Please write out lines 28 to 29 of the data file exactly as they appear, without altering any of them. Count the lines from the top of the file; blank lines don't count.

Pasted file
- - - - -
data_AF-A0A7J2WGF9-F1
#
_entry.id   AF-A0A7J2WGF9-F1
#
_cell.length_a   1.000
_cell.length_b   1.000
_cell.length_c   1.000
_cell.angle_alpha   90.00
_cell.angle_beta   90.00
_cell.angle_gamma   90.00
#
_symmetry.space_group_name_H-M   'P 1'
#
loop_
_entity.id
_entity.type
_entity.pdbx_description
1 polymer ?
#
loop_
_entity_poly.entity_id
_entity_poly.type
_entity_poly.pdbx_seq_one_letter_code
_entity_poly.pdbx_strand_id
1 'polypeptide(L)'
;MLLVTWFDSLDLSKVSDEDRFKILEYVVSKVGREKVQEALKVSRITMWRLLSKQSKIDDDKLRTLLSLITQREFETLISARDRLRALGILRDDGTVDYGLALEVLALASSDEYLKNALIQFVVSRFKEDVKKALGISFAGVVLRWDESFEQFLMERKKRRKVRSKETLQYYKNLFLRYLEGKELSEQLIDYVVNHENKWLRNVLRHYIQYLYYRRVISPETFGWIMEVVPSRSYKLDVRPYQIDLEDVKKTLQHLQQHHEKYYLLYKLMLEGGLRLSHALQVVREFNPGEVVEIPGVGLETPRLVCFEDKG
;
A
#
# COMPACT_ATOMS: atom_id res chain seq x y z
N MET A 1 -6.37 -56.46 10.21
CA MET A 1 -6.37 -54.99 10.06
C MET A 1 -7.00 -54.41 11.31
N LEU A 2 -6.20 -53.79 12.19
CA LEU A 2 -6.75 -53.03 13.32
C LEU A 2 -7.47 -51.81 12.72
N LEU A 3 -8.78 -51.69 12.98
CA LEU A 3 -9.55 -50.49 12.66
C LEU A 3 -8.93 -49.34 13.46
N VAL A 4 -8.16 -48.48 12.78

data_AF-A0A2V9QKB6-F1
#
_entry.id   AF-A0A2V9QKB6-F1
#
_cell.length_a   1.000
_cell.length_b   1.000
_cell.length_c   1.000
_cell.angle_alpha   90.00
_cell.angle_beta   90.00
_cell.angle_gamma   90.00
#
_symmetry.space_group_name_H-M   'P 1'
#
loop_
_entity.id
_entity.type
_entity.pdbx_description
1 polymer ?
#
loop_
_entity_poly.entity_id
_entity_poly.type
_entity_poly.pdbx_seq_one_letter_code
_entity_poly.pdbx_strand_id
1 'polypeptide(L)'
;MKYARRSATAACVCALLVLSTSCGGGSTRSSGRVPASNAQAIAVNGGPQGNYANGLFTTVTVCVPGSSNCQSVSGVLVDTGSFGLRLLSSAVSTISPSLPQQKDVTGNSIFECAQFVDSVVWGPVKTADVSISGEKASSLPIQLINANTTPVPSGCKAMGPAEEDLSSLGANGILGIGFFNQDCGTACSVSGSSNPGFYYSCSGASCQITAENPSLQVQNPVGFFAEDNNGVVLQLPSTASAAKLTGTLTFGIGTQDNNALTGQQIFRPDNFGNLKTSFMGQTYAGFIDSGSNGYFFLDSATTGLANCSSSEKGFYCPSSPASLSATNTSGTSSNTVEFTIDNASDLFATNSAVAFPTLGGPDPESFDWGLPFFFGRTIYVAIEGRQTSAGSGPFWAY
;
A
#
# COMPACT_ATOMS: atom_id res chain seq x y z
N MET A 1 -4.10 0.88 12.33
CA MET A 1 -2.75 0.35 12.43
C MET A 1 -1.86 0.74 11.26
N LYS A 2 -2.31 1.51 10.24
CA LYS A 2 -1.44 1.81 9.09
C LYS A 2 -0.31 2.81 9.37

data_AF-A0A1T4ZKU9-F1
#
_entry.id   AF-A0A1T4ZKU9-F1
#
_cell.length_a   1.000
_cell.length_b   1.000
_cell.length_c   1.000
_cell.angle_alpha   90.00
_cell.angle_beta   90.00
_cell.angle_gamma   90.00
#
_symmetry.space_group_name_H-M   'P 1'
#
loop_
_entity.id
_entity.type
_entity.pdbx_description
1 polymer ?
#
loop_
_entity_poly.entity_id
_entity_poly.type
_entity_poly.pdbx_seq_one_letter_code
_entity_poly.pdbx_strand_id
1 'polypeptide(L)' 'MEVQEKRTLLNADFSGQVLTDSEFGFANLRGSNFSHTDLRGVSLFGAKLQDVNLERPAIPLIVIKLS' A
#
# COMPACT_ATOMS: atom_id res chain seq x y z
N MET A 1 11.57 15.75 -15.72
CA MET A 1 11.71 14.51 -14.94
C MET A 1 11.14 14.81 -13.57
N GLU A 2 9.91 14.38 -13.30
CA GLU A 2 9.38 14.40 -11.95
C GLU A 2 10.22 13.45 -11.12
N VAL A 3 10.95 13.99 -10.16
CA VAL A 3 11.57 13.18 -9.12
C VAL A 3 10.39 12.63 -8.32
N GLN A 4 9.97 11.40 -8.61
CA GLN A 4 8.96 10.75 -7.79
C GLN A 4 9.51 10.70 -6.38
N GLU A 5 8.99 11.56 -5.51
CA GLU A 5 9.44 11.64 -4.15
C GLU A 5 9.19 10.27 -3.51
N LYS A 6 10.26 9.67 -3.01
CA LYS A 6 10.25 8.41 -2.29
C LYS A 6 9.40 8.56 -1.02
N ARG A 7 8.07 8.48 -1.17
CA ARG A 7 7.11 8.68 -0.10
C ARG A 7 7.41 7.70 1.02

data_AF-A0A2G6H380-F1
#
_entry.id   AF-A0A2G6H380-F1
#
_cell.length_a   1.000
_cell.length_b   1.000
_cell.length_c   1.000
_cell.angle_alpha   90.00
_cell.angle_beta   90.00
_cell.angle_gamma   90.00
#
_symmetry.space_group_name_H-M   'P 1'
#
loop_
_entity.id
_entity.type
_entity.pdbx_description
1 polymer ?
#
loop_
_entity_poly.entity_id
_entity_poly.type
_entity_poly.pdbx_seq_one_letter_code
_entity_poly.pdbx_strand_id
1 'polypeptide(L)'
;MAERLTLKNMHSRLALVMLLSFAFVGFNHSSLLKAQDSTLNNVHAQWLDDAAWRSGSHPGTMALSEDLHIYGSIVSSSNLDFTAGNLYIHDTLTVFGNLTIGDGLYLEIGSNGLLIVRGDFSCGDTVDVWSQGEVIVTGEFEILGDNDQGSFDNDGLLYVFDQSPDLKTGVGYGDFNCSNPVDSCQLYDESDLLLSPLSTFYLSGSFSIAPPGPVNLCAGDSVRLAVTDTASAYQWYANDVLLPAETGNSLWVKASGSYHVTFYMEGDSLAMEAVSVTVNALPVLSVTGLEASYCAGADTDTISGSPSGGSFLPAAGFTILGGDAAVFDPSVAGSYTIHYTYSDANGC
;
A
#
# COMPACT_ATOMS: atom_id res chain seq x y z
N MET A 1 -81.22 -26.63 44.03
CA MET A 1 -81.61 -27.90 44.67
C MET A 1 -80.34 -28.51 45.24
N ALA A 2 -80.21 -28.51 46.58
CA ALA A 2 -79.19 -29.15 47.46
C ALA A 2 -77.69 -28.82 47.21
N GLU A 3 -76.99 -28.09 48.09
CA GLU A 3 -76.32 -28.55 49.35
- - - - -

A
#